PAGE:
Optomec says that it has supplied an additive manufacturing (AM) machine to a company in the aviation engine maintenance repair and overhaul (MRO) market.
The new machine combines two turbine repair process operations that are typically done manually, Optomec said.
The 3D printers use directed energy deposition (DED) to build 3D metal parts or add metal to worn engine components, restoring them to the geometric specifications set by the original turbine engine manufacturers.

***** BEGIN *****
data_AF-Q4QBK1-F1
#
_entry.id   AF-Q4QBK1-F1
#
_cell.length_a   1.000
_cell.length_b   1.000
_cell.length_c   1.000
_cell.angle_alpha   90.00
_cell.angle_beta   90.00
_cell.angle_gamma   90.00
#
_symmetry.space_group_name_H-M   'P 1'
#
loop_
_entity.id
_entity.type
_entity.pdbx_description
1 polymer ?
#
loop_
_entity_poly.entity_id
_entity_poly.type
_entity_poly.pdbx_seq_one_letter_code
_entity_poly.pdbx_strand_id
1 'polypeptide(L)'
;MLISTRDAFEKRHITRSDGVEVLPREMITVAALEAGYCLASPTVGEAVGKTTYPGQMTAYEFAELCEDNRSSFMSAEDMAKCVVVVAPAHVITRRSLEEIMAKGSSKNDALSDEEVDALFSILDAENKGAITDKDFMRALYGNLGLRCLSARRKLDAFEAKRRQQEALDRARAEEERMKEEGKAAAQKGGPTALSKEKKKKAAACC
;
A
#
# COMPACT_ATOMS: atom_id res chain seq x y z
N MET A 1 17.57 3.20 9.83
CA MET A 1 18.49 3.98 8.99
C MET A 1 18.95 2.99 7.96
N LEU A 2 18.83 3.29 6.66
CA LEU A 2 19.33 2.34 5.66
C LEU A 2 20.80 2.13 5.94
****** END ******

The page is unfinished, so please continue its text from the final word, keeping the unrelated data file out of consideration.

‘[The Optomec AM process] saves time and cost relative to manual repairs,’ said Jamie Hanson, VP of business development. ‘Secondly, it requires far less heat input, so the base metal is far less affected by the repair. Finally, because the adaptive AM process adds less repair metal, the downstream machining costs are drastically reduced.’
This story uses material from Optomec, with editorial changes made by Materials Today.